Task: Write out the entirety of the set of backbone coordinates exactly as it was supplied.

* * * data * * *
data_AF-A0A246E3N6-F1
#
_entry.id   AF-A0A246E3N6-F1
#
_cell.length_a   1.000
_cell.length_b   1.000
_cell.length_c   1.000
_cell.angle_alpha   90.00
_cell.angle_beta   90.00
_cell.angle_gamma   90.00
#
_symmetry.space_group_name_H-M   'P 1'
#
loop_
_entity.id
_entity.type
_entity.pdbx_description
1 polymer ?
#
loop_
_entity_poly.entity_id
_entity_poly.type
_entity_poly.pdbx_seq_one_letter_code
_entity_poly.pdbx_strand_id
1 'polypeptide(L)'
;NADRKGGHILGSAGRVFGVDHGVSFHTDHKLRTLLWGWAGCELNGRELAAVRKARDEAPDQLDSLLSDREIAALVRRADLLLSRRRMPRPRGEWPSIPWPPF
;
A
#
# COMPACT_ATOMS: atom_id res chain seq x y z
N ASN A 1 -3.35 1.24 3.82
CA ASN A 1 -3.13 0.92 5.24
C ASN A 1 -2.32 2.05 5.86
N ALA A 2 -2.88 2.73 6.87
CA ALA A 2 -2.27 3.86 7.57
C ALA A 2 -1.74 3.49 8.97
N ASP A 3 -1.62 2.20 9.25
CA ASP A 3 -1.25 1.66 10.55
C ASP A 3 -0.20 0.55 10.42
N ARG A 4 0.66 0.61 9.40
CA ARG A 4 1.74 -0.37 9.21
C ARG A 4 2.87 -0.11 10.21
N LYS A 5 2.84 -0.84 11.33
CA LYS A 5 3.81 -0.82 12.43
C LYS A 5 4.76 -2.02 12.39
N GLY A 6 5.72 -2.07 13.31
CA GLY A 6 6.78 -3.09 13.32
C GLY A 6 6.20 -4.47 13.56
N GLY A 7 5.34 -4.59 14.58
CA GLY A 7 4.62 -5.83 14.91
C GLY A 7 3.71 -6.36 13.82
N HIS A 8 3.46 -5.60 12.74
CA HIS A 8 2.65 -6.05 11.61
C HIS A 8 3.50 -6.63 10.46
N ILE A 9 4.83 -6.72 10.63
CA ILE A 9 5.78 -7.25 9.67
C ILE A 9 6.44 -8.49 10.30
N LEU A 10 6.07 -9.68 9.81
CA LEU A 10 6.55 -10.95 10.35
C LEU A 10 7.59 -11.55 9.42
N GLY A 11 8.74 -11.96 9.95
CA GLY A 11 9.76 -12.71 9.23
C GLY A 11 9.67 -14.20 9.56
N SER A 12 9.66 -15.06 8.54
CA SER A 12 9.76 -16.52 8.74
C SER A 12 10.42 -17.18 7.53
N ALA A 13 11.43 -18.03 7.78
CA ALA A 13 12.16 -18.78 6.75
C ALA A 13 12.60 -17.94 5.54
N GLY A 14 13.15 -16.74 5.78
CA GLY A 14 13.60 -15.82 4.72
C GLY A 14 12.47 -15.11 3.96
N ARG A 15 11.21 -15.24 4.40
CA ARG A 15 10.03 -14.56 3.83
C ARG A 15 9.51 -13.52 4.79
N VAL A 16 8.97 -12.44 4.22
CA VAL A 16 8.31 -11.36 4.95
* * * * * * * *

data_AF-A0A246E3N6-F1
#
_entry.id   AF-A0A246E3N6-F1
#
_cell.length_a   1.000
_cell.length_b   1.000
_cell.length_c   1.000
_cell.angle_alpha   90.00
_cell.angle_beta   90.00
_cell.angle_gamma   90.00
#
_symmetry.space_group_name_H-M   'P 1'
#
loop_
_entity.id
_entity.type
_entity.pdbx_description
1 polymer ?
#
loop_
_entity_poly.entity_id
_entity_poly.type
_entity_poly.pdbx_seq_one_letter_code
_entity_poly.pdbx_strand_id
1 'polypeptide(L)'
;NADRKGGHILGSAGRVFGVDHGVSFHTDHKLRTLLWGWAGCELNGRELAAVRKARDEAPDQLDSLLSDREIAALVRRADLLLSRRRMPRPRGEWPSIPWPPF
;
A
#
# COMPACT_ATOMS: atom_id res chain seq x y z
N ASN A 1 -3.35 1.24 3.82
CA ASN A 1 -3.13 0.92 5.24
C ASN A 1 -2.32 2.05 5.86
N ALA A 2 -2.88 2.73 6.87
CA ALA A 2 -2.27 3.86 7.57
C ALA A 2 -1.74 3.49 8.97
N ASP A 3 -1.62 2.20 9.25
CA ASP A 3 -1.25 1.66 10.55
C ASP A 3 -0.20 0.55 10.42
N ARG A 4 0.66 0.61 9.40
CA ARG A 4 1.74 -0.37 9.21
C ARG A 4 2.87 -0.11 10.21
N LYS A 5 2.84 -0.84 11.33
CA LYS A 5 3.81 -0.82 12.43
C LYS A 5 4.76 -2.02 12.39
N GLY A 6 5.72 -2.07 13.31
CA GLY A 6 6.78 -3.09 13.32
C GLY A 6 6.20 -4.47 13.56
N GLY A 7 5.34 -4.59 14.58
CA GLY A 7 4.62 -5.83 14.91
C GLY A 7 3.71 -6.36 13.82
N HIS A 8 3.46 -5.60 12.74
CA HIS A 8 2.65 -6.05 11.61
C HIS A 8 3.50 -6.63 10.46
N ILE A 9 4.83 -6.72 10.63
CA ILE A 9 5.78 -7.25 9.67
C ILE A 9 6.44 -8.49 10.30
N LEU A 10 6.07 -9.68 9.81
CA LEU A 10 6.55 -10.95 10.35
C LEU A 10 7.59 -11.55 9.42
N GLY A 11 8.74 -11.96 9.95
CA GLY A 11 9.76 -12.71 9.23
C GLY A 11 9.67 -14.20 9.56
N SER A 12 9.66 -15.06 8.54
CA SER A 12 9.76 -16.52 8.74
C SER A 12 10.42 -17.18 7.53
N ALA A 13 11.43 -18.03 7.78
CA ALA A 13 12.16 -18.78 6.75
C ALA A 13 12.60 -17.94 5.54
N GLY A 14 13.15 -16.74 5.78
CA GLY A 14 13.60 -15.82 4.72
C GLY A 14 12.47 -15.11 3.96
N ARG A 15 11.21 -15.24 4.40
CA ARG A 15 10.03 -14.56 3.83
C ARG A 15 9.51 -13.52 4.79
N VAL A 16 8.97 -12.44 4.22
CA VAL A 16 8.31 -11.36 4.95